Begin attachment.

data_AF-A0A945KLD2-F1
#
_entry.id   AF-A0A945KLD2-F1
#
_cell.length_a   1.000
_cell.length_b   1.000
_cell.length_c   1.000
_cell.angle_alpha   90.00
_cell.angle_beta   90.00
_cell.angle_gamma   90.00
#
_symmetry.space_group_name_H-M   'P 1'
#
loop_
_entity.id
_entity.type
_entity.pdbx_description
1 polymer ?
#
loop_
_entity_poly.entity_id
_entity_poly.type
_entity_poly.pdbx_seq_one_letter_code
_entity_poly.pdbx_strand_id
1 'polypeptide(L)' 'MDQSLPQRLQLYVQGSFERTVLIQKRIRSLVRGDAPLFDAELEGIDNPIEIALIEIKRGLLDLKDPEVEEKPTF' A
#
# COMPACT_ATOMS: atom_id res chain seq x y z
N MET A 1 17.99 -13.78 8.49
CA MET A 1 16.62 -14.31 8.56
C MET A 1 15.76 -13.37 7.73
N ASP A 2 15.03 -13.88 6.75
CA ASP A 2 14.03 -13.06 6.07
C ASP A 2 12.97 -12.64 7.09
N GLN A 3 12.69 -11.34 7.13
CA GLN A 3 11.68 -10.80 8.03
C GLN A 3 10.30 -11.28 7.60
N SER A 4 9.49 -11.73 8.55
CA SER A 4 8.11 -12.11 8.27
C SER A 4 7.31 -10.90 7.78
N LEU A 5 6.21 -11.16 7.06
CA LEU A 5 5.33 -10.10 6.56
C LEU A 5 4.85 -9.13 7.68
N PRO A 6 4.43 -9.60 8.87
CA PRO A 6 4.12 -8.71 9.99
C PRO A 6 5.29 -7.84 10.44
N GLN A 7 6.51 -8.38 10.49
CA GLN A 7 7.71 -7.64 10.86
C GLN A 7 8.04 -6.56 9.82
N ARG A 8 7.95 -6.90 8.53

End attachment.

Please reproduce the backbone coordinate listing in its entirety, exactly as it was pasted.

data_AF-A0A945KLD2-F1
#
_entry.id   AF-A0A945KLD2-F1
#
_cell.length_a   1.000
_cell.length_b   1.000
_cell.length_c   1.000
_cell.angle_alpha   90.00
_cell.angle_beta   90.00
_cell.angle_gamma   90.00
#
_symmetry.space_group_name_H-M   'P 1'
#
loop_
_entity.id
_entity.type
_entity.pdbx_description
1 polymer ?
#
loop_
_entity_poly.entity_id
_entity_poly.type
_entity_poly.pdbx_seq_one_letter_code
_entity_poly.pdbx_strand_id
1 'polypeptide(L)' 'MDQSLPQRLQLYVQGSFERTVLIQKRIRSLVRGDAPLFDAELEGIDNPIEIALIEIKRGLLDLKDPEVEEKPTF' A
#
# COMPACT_ATOMS: atom_id res chain seq x y z
N MET A 1 17.99 -13.78 8.49
CA MET A 1 16.62 -14.31 8.56
C MET A 1 15.76 -13.37 7.73
N ASP A 2 15.03 -13.88 6.75
CA ASP A 2 14.03 -13.06 6.07
C ASP A 2 12.97 -12.64 7.09
N GLN A 3 12.69 -11.34 7.13
CA GLN A 3 11.68 -10.80 8.03
C GLN A 3 10.30 -11.28 7.60
N SER A 4 9.49 -11.73 8.55
CA SER A 4 8.11 -12.11 8.27
C SER A 4 7.31 -10.90 7.78
N LEU A 5 6.21 -11.16 7.06
CA LEU A 5 5.33 -10.10 6.56
C LEU A 5 4.85 -9.13 7.68
N PRO A 6 4.43 -9.60 8.87
CA PRO A 6 4.12 -8.71 9.99
C PRO A 6 5.29 -7.84 10.44
N GLN A 7 6.51 -8.38 10.49
CA GLN A 7 7.71 -7.64 10.86
C GLN A 7 8.04 -6.56 9.82
N ARG A 8 7.95 -6.90 8.53